#TexasFoldEm: Injunction Junction, What's Your Function?
via Nicholas Bagley of The Incidental Economist:
Maryland files suit to protect health reform from Texas.
... the Maryland attorney general today filed a separate lawsuit in a Maryland district court. Among other things, he’s seeking an injunction requiring the continued enforcement of the law. Depending on how quickly the Maryland case moves, it’s possible we could see dueling injunctions—one ordering the Trump administration to stop enforcing the law, the other ordering it to keep enforcing.
That’s an unholy mess just waiting to happen. Now, it may not come to that. My best guess is that the Texas lawsuit will fizzle: any injunction will likely be stayed pending appeal, either by the Fifth Circuit or the Supreme Court, and the case is going nowhere on the merits. The Maryland lawsuit will likely prove unnecessary.
I don't have much to add to this other than to note how much this case underscores just how much power and importance state attorneys general have.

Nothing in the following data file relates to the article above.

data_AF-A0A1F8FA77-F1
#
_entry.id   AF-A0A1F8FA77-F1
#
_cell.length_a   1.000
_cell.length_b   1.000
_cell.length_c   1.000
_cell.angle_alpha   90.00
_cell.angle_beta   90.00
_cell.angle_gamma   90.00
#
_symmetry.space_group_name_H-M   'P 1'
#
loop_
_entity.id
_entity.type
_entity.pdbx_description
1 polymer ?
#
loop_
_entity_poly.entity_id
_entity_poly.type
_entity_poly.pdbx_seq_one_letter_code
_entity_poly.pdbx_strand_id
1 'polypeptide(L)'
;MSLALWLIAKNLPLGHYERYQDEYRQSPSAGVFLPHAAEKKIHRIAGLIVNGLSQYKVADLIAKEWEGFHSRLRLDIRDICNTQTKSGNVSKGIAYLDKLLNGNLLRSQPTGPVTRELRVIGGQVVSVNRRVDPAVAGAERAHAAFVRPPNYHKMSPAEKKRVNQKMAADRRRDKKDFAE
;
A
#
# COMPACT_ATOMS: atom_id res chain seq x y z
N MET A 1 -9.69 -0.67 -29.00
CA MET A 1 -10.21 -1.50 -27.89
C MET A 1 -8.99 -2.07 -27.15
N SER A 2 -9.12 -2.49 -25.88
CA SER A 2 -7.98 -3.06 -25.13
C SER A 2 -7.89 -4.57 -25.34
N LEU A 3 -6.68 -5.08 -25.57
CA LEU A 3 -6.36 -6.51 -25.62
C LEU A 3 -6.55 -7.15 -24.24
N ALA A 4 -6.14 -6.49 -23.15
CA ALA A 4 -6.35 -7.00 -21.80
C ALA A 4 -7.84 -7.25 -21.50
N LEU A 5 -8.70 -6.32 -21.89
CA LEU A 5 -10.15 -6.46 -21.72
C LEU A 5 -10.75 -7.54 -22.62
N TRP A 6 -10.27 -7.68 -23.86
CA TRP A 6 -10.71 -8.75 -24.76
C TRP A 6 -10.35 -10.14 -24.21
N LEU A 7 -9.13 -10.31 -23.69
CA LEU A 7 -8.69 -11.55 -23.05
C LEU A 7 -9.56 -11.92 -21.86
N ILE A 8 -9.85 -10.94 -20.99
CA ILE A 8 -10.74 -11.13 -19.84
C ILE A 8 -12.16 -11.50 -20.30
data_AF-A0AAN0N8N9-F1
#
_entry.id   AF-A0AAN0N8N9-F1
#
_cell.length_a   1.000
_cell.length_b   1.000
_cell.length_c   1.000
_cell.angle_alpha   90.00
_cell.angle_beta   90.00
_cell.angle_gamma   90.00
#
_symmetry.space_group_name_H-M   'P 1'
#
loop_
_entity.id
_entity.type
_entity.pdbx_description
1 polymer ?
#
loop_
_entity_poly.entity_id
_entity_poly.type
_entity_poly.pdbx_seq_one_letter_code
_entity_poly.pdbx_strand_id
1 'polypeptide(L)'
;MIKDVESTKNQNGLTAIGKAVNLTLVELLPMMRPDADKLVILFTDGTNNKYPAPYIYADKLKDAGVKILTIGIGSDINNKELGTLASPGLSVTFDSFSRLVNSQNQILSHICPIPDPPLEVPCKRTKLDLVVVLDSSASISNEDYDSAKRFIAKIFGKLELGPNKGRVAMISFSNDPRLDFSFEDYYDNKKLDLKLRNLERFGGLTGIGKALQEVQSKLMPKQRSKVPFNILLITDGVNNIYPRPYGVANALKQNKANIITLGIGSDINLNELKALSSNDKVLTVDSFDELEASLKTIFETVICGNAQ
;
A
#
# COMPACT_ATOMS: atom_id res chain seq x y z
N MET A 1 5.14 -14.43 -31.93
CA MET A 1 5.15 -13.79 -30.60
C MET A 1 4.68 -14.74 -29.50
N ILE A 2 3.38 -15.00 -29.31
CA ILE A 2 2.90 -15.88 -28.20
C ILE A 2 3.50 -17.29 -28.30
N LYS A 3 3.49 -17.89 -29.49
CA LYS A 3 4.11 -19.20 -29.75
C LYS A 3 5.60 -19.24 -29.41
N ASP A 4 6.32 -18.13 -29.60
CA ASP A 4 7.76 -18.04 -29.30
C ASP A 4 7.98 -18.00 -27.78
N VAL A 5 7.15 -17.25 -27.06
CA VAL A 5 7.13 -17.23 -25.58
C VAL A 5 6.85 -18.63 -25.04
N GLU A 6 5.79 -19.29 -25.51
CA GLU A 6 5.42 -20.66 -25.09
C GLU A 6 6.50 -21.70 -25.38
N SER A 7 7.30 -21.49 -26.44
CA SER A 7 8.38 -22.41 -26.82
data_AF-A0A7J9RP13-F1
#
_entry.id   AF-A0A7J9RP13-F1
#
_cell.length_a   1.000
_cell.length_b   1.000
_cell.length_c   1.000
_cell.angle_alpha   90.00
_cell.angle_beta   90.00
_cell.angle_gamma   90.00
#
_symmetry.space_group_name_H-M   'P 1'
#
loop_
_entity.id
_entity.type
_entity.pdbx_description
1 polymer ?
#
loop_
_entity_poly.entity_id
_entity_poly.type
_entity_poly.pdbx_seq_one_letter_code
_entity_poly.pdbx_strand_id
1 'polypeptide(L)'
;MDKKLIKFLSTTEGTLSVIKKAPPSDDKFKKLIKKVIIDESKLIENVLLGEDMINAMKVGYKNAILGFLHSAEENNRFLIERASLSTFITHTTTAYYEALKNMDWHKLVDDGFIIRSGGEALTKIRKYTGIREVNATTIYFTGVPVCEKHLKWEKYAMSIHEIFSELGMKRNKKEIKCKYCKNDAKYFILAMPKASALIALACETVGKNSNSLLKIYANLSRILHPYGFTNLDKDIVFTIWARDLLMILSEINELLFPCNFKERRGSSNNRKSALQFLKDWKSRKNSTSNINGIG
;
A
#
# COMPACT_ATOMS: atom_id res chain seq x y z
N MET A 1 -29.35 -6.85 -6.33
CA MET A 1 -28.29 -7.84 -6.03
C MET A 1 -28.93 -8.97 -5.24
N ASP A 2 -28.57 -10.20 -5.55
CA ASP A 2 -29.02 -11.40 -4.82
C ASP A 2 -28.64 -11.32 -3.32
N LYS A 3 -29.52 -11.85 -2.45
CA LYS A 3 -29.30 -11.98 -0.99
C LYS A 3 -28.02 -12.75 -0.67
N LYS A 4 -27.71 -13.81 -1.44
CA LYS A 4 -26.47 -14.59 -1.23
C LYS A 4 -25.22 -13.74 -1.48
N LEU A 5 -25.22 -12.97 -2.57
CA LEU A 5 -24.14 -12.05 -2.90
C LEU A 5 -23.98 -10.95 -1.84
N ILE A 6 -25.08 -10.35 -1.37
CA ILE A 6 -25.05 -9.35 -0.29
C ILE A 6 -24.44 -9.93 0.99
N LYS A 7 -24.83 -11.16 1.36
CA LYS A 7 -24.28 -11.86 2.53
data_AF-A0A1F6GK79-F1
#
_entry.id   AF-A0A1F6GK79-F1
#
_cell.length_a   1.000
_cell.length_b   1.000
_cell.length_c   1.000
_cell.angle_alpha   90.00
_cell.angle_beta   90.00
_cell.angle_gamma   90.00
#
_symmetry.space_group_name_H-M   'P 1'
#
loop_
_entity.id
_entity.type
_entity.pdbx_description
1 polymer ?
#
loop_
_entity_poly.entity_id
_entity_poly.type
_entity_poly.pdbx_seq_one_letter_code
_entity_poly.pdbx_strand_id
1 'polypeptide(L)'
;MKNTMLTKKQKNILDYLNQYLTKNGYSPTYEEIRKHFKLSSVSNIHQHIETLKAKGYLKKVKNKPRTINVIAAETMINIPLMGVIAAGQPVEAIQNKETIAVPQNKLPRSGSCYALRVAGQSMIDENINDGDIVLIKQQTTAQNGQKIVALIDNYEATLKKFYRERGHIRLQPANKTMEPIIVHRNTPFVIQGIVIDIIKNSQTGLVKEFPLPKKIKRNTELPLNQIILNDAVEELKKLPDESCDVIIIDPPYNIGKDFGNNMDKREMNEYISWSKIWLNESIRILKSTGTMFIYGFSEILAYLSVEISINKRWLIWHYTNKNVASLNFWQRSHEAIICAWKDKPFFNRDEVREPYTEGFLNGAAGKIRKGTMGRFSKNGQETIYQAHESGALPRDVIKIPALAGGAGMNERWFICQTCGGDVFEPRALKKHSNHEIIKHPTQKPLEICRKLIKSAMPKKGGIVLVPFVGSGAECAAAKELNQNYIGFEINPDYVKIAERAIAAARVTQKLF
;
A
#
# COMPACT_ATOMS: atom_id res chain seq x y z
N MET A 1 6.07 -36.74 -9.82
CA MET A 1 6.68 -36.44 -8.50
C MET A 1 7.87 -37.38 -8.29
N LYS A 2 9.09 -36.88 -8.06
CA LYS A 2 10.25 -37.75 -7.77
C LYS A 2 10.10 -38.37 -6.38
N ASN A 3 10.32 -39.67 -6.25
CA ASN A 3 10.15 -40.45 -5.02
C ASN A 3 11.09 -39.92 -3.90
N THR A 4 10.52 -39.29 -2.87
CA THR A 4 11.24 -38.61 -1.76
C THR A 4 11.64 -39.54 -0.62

If you appreciate the work being done by the Democratic state attorneys general on this case, consider giving them a shoutout:
- California (Xavier Becerra, lead)
- Connecticut (George Jepsen)
- Delaware (Matthew Denn)
- District of Columbia (Karl Racine)
- Hawai'i (Russell Suzuki)
- Illinois (Lisa Madigan)
- Kentucky (Andy Beshear)
- Massachusetts (Maura Healey)
- Minnesota (Scott Ikeda, Assistant AG via Commerce Dept)
- New Jersey (Gurbir Grewal)
- New York (Barbara Underwood)
- North Carolina (Josh Stein)
- Oregon (Ellen Rosenblum)
- Rhode Island (Peter Kilmartin)
- Vermont (T. J. Donovan)
- Virginia (Mark Herring)
- Washington (Bob Ferguson)
Interestingly, Maryland's attorney general, Brian Frosh, was not among those who officially signed on to defend the ACA last week, but he's certainly stepping up today.